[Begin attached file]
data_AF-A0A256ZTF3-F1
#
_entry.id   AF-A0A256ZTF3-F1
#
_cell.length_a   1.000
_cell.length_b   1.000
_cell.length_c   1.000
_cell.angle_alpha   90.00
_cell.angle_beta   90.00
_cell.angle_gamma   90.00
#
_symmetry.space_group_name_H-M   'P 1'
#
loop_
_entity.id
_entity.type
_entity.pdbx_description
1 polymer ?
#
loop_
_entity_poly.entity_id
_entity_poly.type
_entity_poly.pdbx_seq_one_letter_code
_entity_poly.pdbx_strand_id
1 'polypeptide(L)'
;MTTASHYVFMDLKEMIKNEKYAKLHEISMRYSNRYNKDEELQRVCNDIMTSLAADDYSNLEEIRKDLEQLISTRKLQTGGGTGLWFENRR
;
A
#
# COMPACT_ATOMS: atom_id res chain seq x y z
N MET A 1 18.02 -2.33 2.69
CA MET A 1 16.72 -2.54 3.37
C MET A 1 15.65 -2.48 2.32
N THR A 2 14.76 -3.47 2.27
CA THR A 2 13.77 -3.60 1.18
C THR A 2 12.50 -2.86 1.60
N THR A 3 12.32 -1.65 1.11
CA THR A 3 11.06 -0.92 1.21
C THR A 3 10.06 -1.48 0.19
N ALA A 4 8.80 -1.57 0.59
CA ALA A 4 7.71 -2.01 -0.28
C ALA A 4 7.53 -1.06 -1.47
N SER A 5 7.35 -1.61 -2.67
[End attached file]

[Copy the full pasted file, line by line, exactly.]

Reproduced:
data_AF-A0A256ZTF3-F1
#
_entry.id   AF-A0A256ZTF3-F1
#
_cell.length_a   1.000
_cell.length_b   1.000
_cell.length_c   1.000
_cell.angle_alpha   90.00
_cell.angle_beta   90.00
_cell.angle_gamma   90.00
#
_symmetry.space_group_name_H-M   'P 1'
#
loop_
_entity.id
_entity.type
_entity.pdbx_description
1 polymer ?
#
loop_
_entity_poly.entity_id
_entity_poly.type
_entity_poly.pdbx_seq_one_letter_code
_entity_poly.pdbx_strand_id
1 'polypeptide(L)'
;MTTASHYVFMDLKEMIKNEKYAKLHEISMRYSNRYNKDEELQRVCNDIMTSLAADDYSNLEEIRKDLEQLISTRKLQTGGGTGLWFENRR
;
A
#
# COMPACT_ATOMS: atom_id res chain seq x y z
N MET A 1 18.02 -2.33 2.69
CA MET A 1 16.72 -2.54 3.37
C MET A 1 15.65 -2.48 2.32
N THR A 2 14.76 -3.47 2.27
CA THR A 2 13.77 -3.60 1.18
C THR A 2 12.50 -2.86 1.60
N THR A 3 12.32 -1.65 1.11
CA THR A 3 11.06 -0.92 1.21
C THR A 3 10.06 -1.48 0.19
N ALA A 4 8.80 -1.57 0.59
CA ALA A 4 7.71 -2.01 -0.28
C ALA A 4 7.53 -1.06 -1.47
N SER A 5 7.35 -1.61 -2.67